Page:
#7Countries7Passes Day 14 - The Final Climbs to The Finish Line

The final day of a challenge often seems to be either a jubilant parade, or a fight of fortitude to reach the finish line. The final day of the #7Countries7Passes tour was very much the latter.

Starting out from the Corbieres, the route would take me deep into the Pyrenees; to the finish line at the top of the Port d'Envilara, at the Andorra border.

The day started out damp, and it wasn't five minutes before I had pulled on my waterproof.

The first few climbs in the Corbieres were nothing compared with what was to come; but they served as a warm up for the legs; as well as a reminder that those legs have done close to 3,000 kilometres in the last two weeks.

Today I had Gus following me in the Land Rover, to capture the spirit of the trip, on the final day of the challenge. I was super grateful to have a friendly face accompanying me.

A café stop, a puncture, and road works all slowed progress a bit, and it was 14:00 before we hit the long dragging ascent to the foot of the Col de Pailheres - a 2,001 metre pass that would take us to the heart of the Pyrenees.

Once on the climb proper, my average speed plummeted; as the fatigue, gradient and headwind truly surfaced.

Conditions deteriorated closer and closer to the summit. By the time we were on the exposed top sections, the rain and wind had reduced visibility to just a few metres. Mind, legs and hands frozen. I couldn't get my gloves off to take an Instagram pic at the top, but thankfully had Gus to do the honours.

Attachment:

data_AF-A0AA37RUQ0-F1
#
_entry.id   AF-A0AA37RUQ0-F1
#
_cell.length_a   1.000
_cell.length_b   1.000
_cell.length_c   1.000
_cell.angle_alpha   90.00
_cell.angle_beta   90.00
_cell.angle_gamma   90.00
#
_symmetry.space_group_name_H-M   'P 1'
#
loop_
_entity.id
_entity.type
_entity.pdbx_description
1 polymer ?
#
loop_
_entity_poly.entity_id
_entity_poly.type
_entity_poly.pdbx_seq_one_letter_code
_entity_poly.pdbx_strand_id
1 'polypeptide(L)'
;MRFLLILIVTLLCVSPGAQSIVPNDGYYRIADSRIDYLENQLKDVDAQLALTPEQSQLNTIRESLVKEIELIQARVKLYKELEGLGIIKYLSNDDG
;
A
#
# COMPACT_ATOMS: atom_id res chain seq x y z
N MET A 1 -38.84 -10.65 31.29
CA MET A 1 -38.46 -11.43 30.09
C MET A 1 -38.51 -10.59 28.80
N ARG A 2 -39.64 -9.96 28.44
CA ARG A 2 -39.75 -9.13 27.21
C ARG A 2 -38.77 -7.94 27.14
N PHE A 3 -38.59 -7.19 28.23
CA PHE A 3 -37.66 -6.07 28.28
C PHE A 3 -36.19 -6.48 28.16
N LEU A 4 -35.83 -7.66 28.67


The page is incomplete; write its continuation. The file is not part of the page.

We descended down to Ax Les Thermes, and pulled into the nearest coffee shop. I ordered a huge café chocolat chaud, and a waffle, and sat clutching the sugary drink; trying to bring feeling back into my hands and mind.

One more climb to go.

It was 18:00 by the time I eventually started the final ascent of Port d'Envilara. The fog was still present, but luckily the rain had subsided a bit. Lights on, head down; fuelled by coffee and sugar, I turned onto the gradient.

It took two and half hours before I eventually reached the summit. I have never been so grateful to have a friend accompany me, as I was on that final ascent; having Gus in the Land Rover just behind was reassurance, encouragement and safety.

Reaching the deserted peak at just before 21:00, we captured the moment in the headlights of the Defender. It truly has been an incredible, diverse and unique adventure; this finish line finale in many ways seemed like a perfect representation of that.

I will write up a summary blog soon, when I have a laptop and all the photos to hand. 7 Countries. 7 Passes. Hundreds of beautiful memories.


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